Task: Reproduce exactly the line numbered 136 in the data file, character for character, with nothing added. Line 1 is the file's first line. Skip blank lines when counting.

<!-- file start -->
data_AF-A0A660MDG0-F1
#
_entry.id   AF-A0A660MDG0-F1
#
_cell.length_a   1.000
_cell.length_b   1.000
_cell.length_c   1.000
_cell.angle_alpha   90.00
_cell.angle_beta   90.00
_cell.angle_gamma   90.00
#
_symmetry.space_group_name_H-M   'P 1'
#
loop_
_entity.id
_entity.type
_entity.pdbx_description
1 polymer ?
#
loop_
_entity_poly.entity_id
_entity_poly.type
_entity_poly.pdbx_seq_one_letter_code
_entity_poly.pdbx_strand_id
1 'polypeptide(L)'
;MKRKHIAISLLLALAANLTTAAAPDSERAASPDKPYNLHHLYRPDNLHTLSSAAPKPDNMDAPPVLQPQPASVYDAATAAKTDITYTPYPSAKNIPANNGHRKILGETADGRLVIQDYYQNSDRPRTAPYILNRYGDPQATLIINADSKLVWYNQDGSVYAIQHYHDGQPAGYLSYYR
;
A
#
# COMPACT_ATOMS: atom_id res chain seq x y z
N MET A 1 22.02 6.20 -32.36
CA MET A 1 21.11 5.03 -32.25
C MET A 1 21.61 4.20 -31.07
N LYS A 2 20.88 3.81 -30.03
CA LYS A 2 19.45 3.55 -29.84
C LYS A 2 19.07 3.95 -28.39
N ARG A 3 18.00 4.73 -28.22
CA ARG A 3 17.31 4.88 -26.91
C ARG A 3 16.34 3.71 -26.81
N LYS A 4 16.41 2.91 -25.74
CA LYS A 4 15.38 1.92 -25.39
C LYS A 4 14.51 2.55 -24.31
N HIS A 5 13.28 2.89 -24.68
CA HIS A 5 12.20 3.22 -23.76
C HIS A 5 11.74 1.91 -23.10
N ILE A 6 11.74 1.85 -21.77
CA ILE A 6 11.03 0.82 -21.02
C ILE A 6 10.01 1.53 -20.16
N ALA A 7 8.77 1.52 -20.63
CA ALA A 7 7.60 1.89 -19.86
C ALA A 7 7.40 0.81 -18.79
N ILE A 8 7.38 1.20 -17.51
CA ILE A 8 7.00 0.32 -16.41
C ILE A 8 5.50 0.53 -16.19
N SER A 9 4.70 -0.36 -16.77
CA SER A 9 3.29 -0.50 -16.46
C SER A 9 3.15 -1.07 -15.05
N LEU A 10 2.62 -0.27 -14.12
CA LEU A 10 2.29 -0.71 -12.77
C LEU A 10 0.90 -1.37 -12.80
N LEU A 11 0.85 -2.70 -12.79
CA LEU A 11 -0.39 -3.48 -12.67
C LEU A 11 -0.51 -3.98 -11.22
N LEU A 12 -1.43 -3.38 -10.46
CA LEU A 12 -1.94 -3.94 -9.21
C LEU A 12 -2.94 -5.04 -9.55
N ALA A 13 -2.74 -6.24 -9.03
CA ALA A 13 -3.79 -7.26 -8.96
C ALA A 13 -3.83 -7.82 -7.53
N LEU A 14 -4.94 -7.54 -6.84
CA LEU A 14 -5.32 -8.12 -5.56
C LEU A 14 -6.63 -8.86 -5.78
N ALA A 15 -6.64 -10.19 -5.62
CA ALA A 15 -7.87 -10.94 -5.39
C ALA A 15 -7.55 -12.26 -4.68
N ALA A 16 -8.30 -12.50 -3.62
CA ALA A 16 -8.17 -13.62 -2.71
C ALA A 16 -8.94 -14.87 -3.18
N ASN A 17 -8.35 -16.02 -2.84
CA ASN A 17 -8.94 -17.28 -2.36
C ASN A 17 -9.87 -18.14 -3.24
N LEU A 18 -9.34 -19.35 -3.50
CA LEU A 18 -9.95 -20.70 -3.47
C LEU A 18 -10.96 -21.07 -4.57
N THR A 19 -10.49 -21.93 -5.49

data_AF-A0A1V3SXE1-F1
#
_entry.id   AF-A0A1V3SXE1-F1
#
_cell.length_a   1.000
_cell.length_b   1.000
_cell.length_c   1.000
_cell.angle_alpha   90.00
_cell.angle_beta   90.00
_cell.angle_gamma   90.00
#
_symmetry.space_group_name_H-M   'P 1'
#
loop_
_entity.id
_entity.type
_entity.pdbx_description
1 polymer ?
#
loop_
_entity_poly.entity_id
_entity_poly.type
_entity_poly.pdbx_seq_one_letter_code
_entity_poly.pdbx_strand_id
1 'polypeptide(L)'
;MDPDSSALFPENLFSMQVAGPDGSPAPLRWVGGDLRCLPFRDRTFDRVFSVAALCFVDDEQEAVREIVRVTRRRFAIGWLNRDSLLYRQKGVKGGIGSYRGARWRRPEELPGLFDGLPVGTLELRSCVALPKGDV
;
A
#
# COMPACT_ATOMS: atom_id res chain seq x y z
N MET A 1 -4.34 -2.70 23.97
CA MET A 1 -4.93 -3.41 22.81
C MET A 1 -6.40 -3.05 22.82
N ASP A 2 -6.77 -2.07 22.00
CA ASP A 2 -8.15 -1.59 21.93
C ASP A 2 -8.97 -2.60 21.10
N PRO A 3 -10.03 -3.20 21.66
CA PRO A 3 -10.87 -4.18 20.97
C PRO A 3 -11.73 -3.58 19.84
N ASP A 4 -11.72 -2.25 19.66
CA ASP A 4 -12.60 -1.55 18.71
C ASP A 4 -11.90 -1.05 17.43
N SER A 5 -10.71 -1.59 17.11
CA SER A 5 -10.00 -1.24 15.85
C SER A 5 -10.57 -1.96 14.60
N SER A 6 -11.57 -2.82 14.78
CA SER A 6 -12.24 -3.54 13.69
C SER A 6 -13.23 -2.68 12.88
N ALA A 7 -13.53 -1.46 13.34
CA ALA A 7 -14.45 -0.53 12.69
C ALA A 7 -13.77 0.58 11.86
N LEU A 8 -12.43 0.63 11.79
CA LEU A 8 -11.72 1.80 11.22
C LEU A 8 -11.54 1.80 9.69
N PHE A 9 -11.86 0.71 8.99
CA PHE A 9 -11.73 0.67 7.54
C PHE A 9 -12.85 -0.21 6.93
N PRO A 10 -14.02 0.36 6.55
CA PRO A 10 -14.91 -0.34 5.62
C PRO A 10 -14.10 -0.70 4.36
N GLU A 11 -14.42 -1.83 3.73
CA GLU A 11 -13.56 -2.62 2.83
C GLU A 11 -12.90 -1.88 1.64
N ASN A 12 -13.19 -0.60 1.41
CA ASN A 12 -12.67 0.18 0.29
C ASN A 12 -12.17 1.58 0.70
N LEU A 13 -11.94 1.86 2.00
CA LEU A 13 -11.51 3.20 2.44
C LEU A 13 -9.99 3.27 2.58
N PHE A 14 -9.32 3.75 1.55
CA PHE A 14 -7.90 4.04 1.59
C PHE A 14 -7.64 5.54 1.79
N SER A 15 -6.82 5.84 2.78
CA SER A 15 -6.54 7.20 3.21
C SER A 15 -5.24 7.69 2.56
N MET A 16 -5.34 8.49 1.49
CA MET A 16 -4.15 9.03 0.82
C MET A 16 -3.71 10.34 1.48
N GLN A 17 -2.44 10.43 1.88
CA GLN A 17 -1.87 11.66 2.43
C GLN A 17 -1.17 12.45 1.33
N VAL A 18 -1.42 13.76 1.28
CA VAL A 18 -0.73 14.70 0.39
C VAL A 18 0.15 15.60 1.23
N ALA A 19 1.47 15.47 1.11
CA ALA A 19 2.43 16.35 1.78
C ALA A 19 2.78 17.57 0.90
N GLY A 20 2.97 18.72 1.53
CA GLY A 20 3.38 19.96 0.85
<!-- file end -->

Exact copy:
C ALA A 7 -13.77 0.58 11.86